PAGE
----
Ask yourself this – would you prefer to be unemployed, or to work 4 days per week? Or maybe even 3? Sure, there’s a pay cut involved. But the cut from 5 days’ pay to 3 would still leave a higher wage than the unemployment benefit. (For a ‘partnered’ person, this is a maximum of $409 a fortnight. Based on the minimum wage of $14.31/hr, that’s just over 14 hours of work per week.) That’s just the financial difference. Unemployment carries with it many other problems besides money. The risks of depression, alcoholism, family breakdown and physical illness all rise rapidly when a person becomes unemployed.

Andrew has been working 4 days a week ever since his oldest child was born. One day a week has been “Daddy’s day” for the last 6 years, and he has a magnificent relationship with his kids. Yet he is classified as one of the men who is “not in full time employment”, and used as an example of how the employment rate is a problem. Why is being part time inherently bad? Many people envy Andrew’s 4 day weeks, and his 3 day weekends. It’s a great arrangement. If he did not have kids to spend time with, think of all the things he could do with that free time. Andrew would be perfectly happy to remain part time, even after his kids were grown, if he could persuade his employer to agree to it.

And there’s the rub. Employers don’t want part timers. Try checking the job ads – there are very few jobs advertised as part time. Especially professional jobs. As a senior executive in a large corporation commented “In our organisation, part time work is something which is allowed to accommodate valued staff – not when taking staff on.” But even where companies do choose to “accommodate valued staff”, there has to be a highly compelling case for why the staff member wants to be part time. Caring for children, or sick family members counts, although it still seems to be more of a struggle for men to get this kind of leave than women. There is an unspoken but pervasive assumption that it is the woman’s role. But wanting more leisure time, choosing to study something unrelated to work, or simply looking for work life balance? That’s disloyalty, that is.

But why should this be? Why is it career suicide to do so much as express interest in not devoting your life – body, soul and major organs – to your job? Surely no-one would argue that it is healthy, or even good for your productivity, to be wholly obsessed with work, to the exclusion of everything else?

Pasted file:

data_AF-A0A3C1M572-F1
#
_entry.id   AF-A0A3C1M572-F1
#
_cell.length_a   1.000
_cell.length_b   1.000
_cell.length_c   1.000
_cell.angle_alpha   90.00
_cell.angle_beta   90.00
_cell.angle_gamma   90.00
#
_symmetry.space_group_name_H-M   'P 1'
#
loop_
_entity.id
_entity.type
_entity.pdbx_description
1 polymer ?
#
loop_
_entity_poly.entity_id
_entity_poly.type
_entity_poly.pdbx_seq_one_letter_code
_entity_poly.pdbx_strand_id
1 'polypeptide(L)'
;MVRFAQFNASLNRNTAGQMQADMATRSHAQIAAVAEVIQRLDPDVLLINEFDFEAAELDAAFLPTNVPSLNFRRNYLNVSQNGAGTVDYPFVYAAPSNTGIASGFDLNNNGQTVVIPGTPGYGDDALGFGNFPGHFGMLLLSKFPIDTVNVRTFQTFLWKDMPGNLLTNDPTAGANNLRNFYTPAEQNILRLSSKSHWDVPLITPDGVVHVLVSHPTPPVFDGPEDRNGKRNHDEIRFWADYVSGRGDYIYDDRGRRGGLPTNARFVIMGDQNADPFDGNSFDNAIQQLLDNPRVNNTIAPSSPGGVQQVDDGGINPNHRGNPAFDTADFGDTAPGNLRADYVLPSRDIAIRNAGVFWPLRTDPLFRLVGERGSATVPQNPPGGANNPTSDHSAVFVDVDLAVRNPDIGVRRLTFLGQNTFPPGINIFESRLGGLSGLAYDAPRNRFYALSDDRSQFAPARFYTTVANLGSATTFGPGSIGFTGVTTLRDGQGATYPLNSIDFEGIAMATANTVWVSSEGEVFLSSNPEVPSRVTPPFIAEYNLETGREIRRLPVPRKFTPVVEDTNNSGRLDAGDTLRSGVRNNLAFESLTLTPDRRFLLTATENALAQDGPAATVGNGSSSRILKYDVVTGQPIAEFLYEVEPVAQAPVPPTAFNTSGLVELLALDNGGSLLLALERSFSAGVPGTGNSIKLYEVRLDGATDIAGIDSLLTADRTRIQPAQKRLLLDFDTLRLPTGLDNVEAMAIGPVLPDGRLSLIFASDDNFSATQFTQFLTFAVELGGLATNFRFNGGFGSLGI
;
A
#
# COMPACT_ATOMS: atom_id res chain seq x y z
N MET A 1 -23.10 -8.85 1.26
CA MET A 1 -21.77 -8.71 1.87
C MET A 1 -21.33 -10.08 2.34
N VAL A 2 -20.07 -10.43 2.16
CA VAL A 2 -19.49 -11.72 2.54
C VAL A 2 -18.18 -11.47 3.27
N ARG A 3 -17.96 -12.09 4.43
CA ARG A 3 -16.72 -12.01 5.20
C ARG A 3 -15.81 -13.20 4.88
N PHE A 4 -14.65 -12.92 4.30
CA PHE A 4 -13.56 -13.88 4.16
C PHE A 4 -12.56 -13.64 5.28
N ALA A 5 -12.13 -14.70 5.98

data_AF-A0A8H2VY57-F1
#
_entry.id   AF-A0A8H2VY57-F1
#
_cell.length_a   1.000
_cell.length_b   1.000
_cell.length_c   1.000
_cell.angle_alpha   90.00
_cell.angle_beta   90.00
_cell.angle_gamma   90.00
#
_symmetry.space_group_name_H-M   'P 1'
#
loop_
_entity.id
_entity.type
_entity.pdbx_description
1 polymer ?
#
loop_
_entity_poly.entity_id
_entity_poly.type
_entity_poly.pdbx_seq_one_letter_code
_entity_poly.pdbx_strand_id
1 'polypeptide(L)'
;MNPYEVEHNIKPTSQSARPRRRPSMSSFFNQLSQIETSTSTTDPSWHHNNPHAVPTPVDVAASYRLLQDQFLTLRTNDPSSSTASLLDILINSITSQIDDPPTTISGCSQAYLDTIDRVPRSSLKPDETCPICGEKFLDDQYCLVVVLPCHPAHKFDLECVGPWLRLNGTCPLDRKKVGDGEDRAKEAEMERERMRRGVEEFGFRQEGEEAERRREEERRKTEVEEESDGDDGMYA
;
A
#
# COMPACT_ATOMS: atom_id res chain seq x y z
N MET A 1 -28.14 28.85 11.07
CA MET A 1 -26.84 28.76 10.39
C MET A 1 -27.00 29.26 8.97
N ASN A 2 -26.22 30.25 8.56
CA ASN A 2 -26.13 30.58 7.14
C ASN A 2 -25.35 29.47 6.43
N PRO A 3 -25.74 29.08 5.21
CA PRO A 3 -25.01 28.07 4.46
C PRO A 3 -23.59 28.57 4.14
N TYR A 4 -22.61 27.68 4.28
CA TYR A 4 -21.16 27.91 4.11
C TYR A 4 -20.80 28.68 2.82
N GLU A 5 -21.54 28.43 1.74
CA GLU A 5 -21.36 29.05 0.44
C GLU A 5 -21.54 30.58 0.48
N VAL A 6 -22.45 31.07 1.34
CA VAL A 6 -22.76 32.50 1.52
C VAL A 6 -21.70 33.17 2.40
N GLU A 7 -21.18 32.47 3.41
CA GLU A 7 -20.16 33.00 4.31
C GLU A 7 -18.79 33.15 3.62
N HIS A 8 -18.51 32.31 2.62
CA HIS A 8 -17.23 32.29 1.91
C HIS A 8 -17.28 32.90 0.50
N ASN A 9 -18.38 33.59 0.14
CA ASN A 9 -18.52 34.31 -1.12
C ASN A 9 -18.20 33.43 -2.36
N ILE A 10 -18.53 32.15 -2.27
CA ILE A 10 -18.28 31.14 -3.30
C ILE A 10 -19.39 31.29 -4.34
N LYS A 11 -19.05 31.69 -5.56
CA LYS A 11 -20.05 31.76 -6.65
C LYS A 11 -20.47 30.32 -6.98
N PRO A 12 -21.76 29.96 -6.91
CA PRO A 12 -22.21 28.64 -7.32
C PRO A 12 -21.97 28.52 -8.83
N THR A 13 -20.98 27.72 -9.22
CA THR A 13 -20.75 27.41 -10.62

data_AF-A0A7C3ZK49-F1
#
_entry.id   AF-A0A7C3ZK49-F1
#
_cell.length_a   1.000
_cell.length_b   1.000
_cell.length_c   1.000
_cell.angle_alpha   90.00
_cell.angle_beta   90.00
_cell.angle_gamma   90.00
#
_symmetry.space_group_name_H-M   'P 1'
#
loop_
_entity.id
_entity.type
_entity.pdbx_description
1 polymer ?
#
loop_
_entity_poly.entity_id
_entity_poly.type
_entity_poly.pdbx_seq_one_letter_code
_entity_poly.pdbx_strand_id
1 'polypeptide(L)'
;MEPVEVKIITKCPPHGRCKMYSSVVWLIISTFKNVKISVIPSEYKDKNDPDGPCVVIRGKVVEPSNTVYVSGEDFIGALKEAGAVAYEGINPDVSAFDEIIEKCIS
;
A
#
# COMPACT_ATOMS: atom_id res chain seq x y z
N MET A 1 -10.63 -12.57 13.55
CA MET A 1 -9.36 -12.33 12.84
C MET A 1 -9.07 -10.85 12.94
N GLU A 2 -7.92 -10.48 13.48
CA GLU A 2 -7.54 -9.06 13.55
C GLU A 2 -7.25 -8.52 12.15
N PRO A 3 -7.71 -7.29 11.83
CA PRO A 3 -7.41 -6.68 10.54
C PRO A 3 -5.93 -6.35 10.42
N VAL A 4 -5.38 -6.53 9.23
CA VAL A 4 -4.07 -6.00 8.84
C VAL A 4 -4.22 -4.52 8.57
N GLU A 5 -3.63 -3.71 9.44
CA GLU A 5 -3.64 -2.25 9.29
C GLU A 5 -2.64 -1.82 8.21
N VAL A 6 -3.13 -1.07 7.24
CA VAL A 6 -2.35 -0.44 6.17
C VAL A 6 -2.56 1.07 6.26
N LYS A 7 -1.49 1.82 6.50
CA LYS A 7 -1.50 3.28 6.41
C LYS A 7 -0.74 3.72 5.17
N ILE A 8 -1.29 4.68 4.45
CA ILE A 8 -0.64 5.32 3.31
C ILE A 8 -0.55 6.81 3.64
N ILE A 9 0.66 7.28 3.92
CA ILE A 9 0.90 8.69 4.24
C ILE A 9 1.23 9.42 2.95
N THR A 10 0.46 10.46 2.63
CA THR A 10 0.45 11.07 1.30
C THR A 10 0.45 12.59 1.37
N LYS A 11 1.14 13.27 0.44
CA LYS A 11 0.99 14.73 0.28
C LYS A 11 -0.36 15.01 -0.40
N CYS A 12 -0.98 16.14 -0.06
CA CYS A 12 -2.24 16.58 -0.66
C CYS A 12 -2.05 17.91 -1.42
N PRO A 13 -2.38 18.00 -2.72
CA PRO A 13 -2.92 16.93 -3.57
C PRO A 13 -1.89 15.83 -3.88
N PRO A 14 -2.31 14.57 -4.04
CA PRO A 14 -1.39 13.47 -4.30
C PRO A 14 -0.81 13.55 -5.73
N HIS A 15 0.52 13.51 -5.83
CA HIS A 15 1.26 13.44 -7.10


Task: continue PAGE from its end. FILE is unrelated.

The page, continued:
The biggest obstacle may be that many professionals work far more than a standard 40 hour week, with lots of unpaid overtime. If you have people explicitly paid for a designated number of hours per week, they may be less likely to put in huge amounts of unpaid overtime. Thus businesses might have to start paying people for the work they actually do. This is an aspect of “user pays” that business is understandably reluctant to adopt.

True, having part time employees may require creative solutions in some cases – there are continuity issues in some jobs. But there is nothing fundamental about a 5 day working week. Working patterns have simply evolved to fit it. With a bit of creativity we can develop new working patterns to fit a new length of working week. There are few jobs where it is utterly crucial for the same person to be physically present 5 days out of every 7.

This is a manageable way for all of us to downshift – to switch emphasis from consumption to experience. Instead of working most of our waking hours in order to buy stuff, we can work less and experience more. Experience time with our loved ones. Play sport. Ride a bike. Create an idyllic, low water garden. Read more books. Volunteer for a local charity or community organisation. Socialise, learn, involve ourselves in the local community. We can grow immeasurably rich this way. How many of us actually meet every one of our emotional, social and intellectual needs at work? Think of the potential impact on rates of depression, obesity, and isolation, if we all had time to be more engaged with our local communities.

True, a decrease in consumption will not help us to rebuild our economy the way it was – but do we want that economy back? That economy flew high and then dropped us deep into trouble in an instant. It requires ever increasing consumption, which we can’t physically sustain, simply because the earth is finite. Sooner or later we will run out of resources, or destabilise our climate to a catastrophic extent, and the smart money is on ‘sooner’. So continuing to strive for increasing consumption is madness. We need a new solution. Many new solutions. What we don’t need is to continue to work ourselves, and our planet, into an early grave.